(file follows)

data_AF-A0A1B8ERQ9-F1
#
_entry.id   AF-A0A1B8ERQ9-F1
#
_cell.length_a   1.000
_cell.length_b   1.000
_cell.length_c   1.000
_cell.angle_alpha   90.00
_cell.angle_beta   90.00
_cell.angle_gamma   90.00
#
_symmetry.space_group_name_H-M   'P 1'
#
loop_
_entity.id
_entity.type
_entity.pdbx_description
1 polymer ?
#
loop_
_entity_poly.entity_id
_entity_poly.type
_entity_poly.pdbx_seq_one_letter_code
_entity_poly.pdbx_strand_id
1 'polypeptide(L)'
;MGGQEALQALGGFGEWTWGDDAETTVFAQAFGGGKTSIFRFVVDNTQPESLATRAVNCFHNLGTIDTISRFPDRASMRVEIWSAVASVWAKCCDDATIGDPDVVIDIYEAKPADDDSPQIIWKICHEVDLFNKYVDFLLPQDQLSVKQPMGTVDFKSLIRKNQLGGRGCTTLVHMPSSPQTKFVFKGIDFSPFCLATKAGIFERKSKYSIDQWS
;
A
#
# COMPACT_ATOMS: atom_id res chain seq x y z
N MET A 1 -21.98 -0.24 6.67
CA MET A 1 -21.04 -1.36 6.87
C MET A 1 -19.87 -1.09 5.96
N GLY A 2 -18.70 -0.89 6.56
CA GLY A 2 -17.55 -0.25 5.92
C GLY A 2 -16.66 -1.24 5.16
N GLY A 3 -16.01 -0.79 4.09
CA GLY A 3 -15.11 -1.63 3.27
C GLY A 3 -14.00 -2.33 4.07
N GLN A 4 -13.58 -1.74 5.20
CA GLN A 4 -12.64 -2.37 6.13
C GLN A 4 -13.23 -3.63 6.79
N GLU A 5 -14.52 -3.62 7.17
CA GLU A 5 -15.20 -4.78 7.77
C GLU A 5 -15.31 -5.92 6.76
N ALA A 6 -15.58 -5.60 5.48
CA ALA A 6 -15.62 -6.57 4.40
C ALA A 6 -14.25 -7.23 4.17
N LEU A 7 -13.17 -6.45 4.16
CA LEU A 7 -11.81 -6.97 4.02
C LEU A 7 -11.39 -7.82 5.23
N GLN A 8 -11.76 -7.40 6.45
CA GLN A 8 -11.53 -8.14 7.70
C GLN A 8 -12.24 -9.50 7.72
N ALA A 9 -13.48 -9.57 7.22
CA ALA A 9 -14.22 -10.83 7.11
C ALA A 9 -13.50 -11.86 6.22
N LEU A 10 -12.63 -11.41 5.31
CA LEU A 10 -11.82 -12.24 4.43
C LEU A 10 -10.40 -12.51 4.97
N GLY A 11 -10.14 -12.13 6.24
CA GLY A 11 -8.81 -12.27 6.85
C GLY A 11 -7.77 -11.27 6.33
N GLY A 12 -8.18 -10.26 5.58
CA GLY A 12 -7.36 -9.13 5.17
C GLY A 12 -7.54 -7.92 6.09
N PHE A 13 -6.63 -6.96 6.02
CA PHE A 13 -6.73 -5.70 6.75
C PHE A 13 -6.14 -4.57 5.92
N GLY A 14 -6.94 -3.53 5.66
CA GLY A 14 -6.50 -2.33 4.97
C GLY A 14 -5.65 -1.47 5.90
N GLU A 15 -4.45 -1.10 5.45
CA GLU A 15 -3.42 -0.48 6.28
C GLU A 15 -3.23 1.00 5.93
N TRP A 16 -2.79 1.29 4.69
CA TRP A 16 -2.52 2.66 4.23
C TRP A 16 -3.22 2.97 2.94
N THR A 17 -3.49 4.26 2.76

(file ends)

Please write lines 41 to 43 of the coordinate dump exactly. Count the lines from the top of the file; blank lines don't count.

CA GLN A 4 -12.64 -2.37 6.13
C GLN A 4 -13.23 -3.63 6.79
N GLU A 5 -14.52 -3.62 7.17